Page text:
Cigarette Ligher Power Inverter with 4 Cylender car

I am interested in getting a 100W - 150W power inverter for the car.
I figured rather than buy every single ligher adapter for every cell phone/laptop/digital camera, the power inverter would do the trick.
My concern is based on the fact that both cars i have are small 4 cyln engines.
Assuming i remove the lighter adapter if while i drive throught the mountains of West Virigina (once a year), what are the pro's and con's of such a solution.
(NOTE: I do see the irony of plugging a transformer into an inverter, but it seems like a workable solution).
Thanks in Advance,
Robert Fenster
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The number or cylinders has nothing to do with it. The capacity of the alternator has everything to do with it.

No need to take it out when you are otherwise putting out plenty of current in the alternator. It is when the engine it turned off th at you'd have a potential problem of discharging the battery.
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A word of caution with cheap inverters, they deliver a square wave that has the same RMS as a 120V outlet, but not always the same peak. They are fine for heating but may give problem with rectifiers like battery chargers.
I would measure and compare the charging current to make sure is roughly the same with inverter or 120V house current. Need to measure the current because the voltage is determined by the battery and is fairly independent of the current.
As far as the 4 cylinders, I would not worry. A 150W inverter is more than adequate for charging and it will only take what it needs from the battery.
A phone charger may use 2W and the inverter efficiency at such low load may be only 10% so you may have a 20W drain on the battery, that is less than one head light. You can measure the No Load current to the inverter and expect that to be a baseline, small loads will add little to it a full 150W may add 15Amps at 12V. Running the inverter at full load is probably more taxing for the inverter for the battery and the engine, even uphill. The figures above are only ball park not knowing the specifics.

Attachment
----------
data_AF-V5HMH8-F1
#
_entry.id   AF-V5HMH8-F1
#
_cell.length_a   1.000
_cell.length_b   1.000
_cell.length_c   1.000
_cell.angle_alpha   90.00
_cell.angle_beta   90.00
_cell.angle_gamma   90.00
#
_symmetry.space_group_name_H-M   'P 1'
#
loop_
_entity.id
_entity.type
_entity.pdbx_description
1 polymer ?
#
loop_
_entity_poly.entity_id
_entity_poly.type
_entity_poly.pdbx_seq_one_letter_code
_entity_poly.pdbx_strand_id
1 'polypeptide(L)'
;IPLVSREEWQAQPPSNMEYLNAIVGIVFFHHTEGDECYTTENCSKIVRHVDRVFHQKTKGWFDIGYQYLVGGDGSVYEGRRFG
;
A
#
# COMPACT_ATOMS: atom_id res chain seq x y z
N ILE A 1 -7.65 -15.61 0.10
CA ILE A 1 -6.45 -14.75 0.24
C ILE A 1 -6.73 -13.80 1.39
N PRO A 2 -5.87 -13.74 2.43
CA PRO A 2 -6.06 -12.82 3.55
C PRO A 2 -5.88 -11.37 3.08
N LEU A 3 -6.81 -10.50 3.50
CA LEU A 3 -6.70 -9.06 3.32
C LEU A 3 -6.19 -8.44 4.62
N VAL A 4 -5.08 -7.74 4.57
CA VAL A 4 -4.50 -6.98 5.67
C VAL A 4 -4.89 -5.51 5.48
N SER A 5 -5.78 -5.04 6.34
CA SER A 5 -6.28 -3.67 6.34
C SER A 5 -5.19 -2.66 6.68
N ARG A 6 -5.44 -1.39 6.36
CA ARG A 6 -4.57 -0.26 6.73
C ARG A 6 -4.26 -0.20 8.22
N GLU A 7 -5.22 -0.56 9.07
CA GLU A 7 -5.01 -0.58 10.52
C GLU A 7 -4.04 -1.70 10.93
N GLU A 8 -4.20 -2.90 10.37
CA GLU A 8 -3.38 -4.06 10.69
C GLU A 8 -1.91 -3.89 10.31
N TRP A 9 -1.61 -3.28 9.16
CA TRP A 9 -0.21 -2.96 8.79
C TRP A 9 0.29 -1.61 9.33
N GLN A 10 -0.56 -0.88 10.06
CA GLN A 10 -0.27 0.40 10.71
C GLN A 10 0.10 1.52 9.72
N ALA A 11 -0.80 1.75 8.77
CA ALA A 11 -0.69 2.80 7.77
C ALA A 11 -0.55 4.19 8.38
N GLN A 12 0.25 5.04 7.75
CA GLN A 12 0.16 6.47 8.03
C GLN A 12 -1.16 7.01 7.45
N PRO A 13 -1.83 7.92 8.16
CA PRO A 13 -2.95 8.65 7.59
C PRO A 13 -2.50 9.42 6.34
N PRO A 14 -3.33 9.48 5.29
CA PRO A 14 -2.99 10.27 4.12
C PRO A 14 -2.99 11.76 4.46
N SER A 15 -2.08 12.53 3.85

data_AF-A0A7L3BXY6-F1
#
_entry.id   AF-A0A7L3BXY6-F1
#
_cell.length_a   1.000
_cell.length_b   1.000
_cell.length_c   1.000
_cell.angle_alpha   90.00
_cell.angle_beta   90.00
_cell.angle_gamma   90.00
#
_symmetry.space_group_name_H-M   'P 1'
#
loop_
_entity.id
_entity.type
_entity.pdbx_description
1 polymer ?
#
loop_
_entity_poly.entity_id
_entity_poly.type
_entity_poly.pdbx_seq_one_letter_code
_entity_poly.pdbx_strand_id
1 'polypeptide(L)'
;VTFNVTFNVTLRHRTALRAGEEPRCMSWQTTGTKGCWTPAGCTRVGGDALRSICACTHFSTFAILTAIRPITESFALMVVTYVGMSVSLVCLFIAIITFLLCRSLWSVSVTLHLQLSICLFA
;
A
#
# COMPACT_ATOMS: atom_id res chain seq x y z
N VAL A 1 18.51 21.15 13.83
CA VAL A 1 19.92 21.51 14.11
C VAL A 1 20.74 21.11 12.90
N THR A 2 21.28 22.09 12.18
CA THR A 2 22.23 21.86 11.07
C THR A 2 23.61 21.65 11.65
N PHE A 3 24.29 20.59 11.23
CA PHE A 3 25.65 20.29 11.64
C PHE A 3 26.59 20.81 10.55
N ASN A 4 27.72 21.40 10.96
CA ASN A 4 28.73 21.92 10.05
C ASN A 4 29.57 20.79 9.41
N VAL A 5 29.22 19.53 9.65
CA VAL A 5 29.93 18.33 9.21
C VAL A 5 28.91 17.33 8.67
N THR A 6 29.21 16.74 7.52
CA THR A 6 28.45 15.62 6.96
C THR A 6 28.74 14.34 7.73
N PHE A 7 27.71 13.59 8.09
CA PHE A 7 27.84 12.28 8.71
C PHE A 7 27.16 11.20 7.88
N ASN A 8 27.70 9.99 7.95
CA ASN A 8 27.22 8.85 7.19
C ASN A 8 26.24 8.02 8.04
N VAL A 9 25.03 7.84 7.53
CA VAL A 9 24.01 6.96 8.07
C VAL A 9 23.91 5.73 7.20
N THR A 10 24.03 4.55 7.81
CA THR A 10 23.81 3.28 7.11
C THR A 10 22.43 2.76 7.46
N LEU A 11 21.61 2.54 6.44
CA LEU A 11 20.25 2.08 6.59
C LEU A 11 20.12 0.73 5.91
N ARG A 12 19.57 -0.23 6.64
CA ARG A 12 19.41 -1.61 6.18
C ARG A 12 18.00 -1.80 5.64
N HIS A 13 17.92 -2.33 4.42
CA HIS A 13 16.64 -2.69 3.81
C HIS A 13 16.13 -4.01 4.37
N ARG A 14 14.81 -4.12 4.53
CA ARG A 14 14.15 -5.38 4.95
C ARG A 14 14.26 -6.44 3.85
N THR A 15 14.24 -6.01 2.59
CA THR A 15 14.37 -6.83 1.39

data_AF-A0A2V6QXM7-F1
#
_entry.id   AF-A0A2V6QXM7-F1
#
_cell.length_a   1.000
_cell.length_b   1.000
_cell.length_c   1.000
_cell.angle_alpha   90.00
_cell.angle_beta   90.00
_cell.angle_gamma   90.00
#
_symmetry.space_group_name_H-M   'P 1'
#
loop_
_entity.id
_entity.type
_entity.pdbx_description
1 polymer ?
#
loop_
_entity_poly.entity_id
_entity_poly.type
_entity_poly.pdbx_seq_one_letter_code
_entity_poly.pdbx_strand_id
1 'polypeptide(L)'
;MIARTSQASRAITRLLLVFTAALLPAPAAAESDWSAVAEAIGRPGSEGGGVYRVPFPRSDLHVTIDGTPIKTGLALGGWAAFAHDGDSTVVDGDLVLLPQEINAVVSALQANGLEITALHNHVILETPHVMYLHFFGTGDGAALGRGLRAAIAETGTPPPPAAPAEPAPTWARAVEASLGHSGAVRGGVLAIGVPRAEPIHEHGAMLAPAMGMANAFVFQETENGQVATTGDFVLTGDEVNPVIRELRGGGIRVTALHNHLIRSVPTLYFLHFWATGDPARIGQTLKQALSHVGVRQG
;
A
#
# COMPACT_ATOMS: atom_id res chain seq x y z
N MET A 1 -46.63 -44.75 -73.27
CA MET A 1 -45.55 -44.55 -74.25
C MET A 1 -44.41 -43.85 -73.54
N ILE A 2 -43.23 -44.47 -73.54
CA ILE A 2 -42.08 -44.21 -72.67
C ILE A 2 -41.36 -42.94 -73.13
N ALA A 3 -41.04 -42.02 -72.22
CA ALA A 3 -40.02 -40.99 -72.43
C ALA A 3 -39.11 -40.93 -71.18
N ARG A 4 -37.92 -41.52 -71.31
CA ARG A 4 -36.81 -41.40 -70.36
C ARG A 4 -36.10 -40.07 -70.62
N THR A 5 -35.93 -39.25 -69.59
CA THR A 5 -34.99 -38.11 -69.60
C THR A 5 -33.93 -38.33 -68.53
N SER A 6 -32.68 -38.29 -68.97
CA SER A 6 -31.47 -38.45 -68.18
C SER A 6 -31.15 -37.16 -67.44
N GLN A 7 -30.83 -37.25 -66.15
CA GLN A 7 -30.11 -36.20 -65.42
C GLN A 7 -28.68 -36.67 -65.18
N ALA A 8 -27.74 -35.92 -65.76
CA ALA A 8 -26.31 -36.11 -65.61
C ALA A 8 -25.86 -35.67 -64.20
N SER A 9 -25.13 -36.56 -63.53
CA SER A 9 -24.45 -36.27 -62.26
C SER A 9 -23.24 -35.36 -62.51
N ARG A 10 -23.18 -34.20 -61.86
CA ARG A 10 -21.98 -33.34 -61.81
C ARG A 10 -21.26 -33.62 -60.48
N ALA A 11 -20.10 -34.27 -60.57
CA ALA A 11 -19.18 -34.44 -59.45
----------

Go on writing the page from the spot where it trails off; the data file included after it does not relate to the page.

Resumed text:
If you can find a 20W sine wave inverter than all concerns disappear.
Mauro
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there are universal chargers that take 12 volts in and output whatever you need, with adapters to fit the specific use.
the feds should set a standard for a couple formats and clear the clutter and waste of a gazillion different adapters
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Get a cigarette lighter multi-plug adapter. Every auto parts store sells them. Then you can keep several plugged in at the same time. Just make sure your vehicle's cigarette lighter is wired through your ignition switch, so you don't drain the battery when the engine isn't running.
http://cgi.ebay.com/NEW-4-in-1-DC-Power-Cigarette-Lighter-Outlet-Adapter_W0QQitemZ5851462800QQcategoryZ60208QQssPageNameZWDVWQQrdZ1QQcmdZViewItem

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Normally, I just accept the premises of the poster, but this was my reaction too. This would be a lot simpler, take up much less space, and I don't see any drawbacks. Each item would draw only what it needs and there would be no conversion losses either.

Used to be, all cigarette lighters were on all the time. Not so much in later model cars. If he wanted the op could move the power from an always on place to Accessorty place, although I'm not sure I would want to do that. I might want to charge the cell phone while sleeping, if I were hiking all day for example, or otherwise out of the car.
What I think is great is Battery Buddy (there is a competitor I haven't tried) I used BB for a couple years, a year of which I had an almost dead battery. BB tripped 100% reliably if I let the car sit for more than 36 hours. Just push the button and there was always more than enough power to start the car again. The radio lost its pre-sets (and supposedly the engine computer lost its best settings, but I couldn't tell the difference).